15 – List out at least ten things you believe are beautiful about your body, then focus on one aspect and describe it in greater detail on why it is beautiful.
Journaling Prompts for Self-Discovery
16 – List out ten accomplishments in your life and which one you are most proud of.
17 – Describe your greatest strength and greatest weakness and how these attributes have impacted and affected your life.
18 – Write about a book that you really connected with. Why did it have such a big impact on you?
19 – If you’re discussing a subject with three friends and everyone shares the same opinion, would you argue the counter-argument even if you didn’t agree with it? Explain why you would or wouldn’t.
20 – If you had to change one thing about yourself, and you could only change one thing, what would that be and why?
Gratitude Journaling Prompts
21 – List the three things you are most grateful to in your life, then explain why you are so grateful to these people, animals, objects or things.
22 – List out things that maybe you take for granted that are not freely available in other parts of the world, like running water, personal safety or electricity. Explain why you are so grateful to have each thing in your life.
23 – What is ten things you adore about your current living space and explain why they are so wonderful.
24 – Describe one person in your life who you’re so grateful are there. How do you know them? What is a fun memory of the two of you?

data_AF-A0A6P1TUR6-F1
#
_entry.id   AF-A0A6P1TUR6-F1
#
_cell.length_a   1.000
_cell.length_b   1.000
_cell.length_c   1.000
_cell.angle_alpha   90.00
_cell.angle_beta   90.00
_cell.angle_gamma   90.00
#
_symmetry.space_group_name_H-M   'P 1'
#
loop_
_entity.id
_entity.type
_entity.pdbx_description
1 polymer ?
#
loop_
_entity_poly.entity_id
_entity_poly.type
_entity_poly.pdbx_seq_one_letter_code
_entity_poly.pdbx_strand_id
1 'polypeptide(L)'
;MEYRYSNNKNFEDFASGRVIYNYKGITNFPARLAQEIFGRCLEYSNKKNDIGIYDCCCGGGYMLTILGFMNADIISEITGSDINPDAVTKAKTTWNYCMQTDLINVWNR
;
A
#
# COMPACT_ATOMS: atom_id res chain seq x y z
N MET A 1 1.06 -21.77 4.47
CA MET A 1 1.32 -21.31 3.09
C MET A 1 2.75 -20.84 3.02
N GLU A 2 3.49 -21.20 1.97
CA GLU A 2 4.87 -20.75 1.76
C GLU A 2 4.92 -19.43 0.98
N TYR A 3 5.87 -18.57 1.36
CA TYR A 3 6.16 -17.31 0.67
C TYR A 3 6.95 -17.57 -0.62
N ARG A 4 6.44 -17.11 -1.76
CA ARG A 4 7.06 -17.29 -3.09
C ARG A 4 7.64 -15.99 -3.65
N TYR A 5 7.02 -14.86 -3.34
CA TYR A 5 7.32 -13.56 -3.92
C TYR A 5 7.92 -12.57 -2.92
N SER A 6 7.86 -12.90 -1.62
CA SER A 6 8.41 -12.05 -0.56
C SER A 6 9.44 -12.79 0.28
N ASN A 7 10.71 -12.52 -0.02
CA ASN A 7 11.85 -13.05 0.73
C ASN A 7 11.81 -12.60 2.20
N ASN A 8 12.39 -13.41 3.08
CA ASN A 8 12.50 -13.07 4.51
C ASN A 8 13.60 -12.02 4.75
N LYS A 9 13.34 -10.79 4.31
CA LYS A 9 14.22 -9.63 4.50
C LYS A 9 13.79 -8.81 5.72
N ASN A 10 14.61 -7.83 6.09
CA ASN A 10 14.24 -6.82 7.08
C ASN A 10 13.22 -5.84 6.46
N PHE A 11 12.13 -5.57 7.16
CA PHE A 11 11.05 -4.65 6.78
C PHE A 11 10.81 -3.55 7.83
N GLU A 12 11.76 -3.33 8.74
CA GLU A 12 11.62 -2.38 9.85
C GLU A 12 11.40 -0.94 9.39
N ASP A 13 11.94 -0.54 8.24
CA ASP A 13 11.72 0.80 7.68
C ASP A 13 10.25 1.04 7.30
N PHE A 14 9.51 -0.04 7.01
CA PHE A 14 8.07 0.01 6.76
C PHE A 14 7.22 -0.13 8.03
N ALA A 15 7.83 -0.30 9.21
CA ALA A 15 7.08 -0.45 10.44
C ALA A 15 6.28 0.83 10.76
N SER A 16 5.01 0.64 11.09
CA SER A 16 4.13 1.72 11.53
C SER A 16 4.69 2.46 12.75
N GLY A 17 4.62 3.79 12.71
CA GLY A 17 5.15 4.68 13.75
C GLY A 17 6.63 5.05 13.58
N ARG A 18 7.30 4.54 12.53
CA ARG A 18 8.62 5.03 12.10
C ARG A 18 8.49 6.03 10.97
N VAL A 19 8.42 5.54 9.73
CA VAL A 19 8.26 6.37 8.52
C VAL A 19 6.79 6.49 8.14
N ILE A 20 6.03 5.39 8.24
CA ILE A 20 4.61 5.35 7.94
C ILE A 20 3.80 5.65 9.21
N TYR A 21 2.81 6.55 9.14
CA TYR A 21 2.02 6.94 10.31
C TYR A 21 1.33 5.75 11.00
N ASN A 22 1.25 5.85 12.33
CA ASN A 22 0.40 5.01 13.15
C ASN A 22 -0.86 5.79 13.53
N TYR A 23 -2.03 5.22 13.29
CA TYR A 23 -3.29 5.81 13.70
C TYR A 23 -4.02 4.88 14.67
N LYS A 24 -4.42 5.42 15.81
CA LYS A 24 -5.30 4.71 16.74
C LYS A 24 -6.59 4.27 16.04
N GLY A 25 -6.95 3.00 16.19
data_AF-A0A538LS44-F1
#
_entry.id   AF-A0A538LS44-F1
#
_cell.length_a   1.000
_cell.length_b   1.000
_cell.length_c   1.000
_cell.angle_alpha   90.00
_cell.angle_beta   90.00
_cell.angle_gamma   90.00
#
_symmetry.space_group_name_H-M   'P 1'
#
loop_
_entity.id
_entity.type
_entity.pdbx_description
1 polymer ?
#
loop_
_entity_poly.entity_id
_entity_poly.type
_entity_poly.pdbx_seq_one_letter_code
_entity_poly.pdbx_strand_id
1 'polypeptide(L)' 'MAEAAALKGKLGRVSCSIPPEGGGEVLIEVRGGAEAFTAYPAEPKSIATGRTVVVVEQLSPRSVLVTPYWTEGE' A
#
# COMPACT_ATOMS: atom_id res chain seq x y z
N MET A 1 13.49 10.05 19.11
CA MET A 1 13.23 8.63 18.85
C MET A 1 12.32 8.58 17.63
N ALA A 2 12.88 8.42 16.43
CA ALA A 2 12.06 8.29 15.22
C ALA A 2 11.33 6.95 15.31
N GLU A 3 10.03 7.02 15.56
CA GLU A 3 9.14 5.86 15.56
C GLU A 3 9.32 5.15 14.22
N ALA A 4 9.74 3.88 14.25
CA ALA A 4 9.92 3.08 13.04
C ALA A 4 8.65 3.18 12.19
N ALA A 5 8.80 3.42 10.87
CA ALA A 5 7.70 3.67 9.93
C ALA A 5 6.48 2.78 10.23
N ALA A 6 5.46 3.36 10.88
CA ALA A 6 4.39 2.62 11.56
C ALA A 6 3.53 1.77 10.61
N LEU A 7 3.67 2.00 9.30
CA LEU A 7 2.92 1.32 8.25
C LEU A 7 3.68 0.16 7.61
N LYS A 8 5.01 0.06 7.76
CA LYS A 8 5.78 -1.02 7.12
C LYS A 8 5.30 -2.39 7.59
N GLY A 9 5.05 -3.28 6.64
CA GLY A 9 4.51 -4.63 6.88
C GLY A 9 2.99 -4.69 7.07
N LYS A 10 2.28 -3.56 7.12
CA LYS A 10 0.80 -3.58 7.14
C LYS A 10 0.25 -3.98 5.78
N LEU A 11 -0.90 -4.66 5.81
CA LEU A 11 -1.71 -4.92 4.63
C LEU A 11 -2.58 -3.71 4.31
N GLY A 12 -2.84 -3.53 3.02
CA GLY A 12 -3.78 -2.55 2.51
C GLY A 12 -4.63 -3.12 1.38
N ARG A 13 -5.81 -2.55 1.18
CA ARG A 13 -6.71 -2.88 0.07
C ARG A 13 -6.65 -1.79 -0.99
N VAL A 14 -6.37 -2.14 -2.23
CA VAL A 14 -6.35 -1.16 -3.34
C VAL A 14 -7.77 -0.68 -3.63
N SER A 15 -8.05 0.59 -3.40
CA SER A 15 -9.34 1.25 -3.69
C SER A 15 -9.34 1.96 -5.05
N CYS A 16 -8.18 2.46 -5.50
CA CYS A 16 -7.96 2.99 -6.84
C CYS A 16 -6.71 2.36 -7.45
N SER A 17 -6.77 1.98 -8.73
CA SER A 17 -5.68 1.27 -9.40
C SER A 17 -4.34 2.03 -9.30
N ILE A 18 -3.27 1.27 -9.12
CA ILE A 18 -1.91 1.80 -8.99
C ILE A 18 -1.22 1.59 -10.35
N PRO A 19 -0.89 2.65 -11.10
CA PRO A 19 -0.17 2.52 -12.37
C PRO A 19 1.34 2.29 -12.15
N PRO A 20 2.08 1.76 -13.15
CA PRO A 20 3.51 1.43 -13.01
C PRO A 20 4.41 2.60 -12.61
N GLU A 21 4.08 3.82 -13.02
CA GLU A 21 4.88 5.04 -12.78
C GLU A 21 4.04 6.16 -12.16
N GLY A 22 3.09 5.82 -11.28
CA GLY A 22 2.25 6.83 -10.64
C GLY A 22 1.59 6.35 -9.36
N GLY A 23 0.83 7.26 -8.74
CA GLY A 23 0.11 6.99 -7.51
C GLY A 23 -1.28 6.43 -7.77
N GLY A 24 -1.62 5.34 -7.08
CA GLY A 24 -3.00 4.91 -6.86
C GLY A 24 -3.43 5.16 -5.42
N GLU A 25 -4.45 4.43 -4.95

25 – Talk about your future plans and what parts you are grateful exist and are really looking forward to. Then examine your past and describe three experiences you are most grateful to and why.
Happy Journaling Prompts
26 – Describe the last time you literally couldn’t stop laughing. What was so funny? Explain it in great detail and remember the joy you felt at the time.
27 – Create a schedule for your dream day. What would it look like? Would anybody be there, if so who? What would you get up to?
28 – In what ways do you pursue happiness in your day to day life? Could you be doing more?
29 – How would the world look if there was more happiness?
30 – Write about all the different ways you can bring happiness to other people’s lives. For the mailman, a casual acquaintance, your spouse, a family member, a friend; what little (or big) things can you do to bring more joy into their lives?
Don’t Forget to Download Your Journaling Prompts for Mental Health PDF
Want those journaling prompts?
Then grab your FREE printable PDF of all the journaling prompts in this post. Divided up into sections so you can immediately find relevant prompts for what you’re dealing with right now, this journaling prompts PDF will help you where you need it most.
Plus you will also get a FREE workbook to journal in!
Click the button below to grab your copy!